The Conflict After Israel's Elections

by Joel Beinin | published March 27, 2006

No matter how Israelis vote tomorrow, they will likely be voting for a future of insecurity and conflict. The three major political parties—the right-wing Likud, the “centrist” Kadima and the so-called left-wing Labor—have not offered them a genuine peace option.

Despite the talk of possible Israeli withdrawals from parts of the West Bank, a new consensus has emerged among these parties that East Jerusalem and Israeli settlement blocs in the West Bank should be annexed to Israel. This would violate international law, destroy the possibility of a viable Palestinian state and condemn the Middle East to ongoing strife.

Hurting Peace, Not Hamas

by Michelle Woodward | published April 14, 2006

As President George W. Bush said in his second inaugural address, and as Secretary of State Condoleezza Rice said last summer at the American University in Cairo: “America will not impose our style of government on the unwilling. Our goal instead is to help others find their own voice, to attain their own freedom and to make their own way.”

Contradicting their lofty rhetoric, the Bush administration, along with the European Union, is undermining democracy and U.S. credibility in the Middle East by sabotaging the result of the January 25 Palestinian elections. In completely rejecting the outcome they are also effectively giving up the biggest “carrot” in their arsenals for influencing Palestinian Authority policy.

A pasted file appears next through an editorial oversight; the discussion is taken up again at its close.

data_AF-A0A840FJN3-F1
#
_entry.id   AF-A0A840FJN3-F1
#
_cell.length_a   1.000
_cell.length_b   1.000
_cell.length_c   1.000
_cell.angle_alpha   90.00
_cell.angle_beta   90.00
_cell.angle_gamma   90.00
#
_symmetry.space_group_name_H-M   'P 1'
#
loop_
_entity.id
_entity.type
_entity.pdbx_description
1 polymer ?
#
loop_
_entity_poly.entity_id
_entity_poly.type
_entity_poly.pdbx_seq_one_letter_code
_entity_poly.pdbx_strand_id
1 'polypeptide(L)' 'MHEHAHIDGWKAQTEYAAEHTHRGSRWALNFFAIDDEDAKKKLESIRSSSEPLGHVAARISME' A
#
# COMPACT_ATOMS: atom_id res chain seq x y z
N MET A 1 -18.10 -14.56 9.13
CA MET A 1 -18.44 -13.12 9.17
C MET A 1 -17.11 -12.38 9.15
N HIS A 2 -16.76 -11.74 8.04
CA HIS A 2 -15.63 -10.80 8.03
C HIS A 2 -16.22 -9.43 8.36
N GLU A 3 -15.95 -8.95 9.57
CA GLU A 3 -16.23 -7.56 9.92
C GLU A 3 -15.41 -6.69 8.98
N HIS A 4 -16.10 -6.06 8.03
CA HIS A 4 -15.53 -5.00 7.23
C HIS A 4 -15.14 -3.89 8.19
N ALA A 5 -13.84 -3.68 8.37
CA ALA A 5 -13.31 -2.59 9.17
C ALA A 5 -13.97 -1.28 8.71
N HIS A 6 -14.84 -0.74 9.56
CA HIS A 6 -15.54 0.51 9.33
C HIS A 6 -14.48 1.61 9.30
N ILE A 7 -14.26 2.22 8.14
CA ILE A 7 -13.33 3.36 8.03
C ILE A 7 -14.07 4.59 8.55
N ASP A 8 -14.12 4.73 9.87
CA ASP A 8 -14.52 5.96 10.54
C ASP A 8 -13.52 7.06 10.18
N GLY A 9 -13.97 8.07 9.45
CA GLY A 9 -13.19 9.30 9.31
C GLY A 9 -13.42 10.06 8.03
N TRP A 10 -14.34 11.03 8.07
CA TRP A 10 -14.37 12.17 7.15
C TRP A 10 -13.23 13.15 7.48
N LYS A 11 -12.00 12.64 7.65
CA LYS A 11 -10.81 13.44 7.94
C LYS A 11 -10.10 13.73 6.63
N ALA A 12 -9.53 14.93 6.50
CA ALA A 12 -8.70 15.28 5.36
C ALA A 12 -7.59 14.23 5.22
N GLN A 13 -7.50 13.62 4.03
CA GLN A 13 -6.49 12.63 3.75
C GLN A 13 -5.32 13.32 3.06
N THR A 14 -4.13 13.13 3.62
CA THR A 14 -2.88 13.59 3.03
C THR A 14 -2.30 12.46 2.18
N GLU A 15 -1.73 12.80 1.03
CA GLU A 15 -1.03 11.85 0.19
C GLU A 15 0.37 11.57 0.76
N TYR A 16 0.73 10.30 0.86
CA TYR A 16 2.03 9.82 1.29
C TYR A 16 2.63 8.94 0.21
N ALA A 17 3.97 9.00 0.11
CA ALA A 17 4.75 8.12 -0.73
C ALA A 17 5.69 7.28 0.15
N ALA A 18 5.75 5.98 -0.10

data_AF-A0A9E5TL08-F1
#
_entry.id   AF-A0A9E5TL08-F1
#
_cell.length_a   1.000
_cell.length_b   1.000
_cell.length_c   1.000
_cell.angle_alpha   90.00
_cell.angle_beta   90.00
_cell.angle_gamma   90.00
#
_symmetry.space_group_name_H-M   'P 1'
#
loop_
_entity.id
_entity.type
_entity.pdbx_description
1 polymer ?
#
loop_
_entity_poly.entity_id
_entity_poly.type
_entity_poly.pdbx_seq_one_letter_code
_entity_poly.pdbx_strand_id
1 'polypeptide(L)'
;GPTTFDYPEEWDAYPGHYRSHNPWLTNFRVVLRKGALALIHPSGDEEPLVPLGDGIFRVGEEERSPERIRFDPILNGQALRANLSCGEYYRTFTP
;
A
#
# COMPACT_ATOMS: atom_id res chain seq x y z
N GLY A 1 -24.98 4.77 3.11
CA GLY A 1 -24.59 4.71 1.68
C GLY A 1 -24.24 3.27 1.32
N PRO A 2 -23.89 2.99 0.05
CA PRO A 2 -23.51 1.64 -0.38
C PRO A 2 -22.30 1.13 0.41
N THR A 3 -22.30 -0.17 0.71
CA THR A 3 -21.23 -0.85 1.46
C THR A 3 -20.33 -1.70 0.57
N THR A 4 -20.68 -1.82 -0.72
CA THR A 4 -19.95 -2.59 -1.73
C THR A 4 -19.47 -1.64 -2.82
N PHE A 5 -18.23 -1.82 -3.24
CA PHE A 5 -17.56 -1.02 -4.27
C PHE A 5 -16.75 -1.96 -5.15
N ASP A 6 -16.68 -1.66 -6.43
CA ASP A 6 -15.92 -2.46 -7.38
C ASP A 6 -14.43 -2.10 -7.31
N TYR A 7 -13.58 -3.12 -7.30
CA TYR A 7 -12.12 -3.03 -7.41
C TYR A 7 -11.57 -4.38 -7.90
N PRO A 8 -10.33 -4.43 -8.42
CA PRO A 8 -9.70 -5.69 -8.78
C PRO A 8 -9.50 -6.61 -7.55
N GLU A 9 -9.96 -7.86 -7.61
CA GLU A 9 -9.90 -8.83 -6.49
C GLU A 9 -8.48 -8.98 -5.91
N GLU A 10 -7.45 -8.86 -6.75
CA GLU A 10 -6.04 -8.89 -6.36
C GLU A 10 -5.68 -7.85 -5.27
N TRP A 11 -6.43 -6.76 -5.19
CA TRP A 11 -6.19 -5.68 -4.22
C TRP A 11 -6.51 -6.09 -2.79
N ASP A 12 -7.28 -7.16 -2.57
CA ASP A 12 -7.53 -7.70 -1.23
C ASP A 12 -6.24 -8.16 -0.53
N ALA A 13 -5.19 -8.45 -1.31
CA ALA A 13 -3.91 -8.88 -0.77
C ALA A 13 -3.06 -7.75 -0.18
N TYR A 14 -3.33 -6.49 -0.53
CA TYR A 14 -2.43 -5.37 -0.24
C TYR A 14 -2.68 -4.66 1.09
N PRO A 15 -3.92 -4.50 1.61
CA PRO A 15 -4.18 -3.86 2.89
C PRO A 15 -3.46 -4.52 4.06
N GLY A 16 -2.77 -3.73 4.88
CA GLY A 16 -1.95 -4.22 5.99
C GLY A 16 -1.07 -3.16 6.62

Israel's Occupation Remains Poisonous

by Lori Allen | published July 26, 2007

There is an oft-told Palestinian allegory about a family who complained their house was small and cramped. In response, the father brought the farm animals inside -- the goat, the sheep and the chickens all crowded into the house.

Then, one by one, he moved the animals back outside. By the time the last chicken left, the family felt such relief they never complained of the lack of elbow room again.

No doubt, the recent release of Palestinian tax receipts by Israel, some of which will be used to pay Palestinian civil servants who received only partial wages for the last 16 months, felt like the last chicken leaving.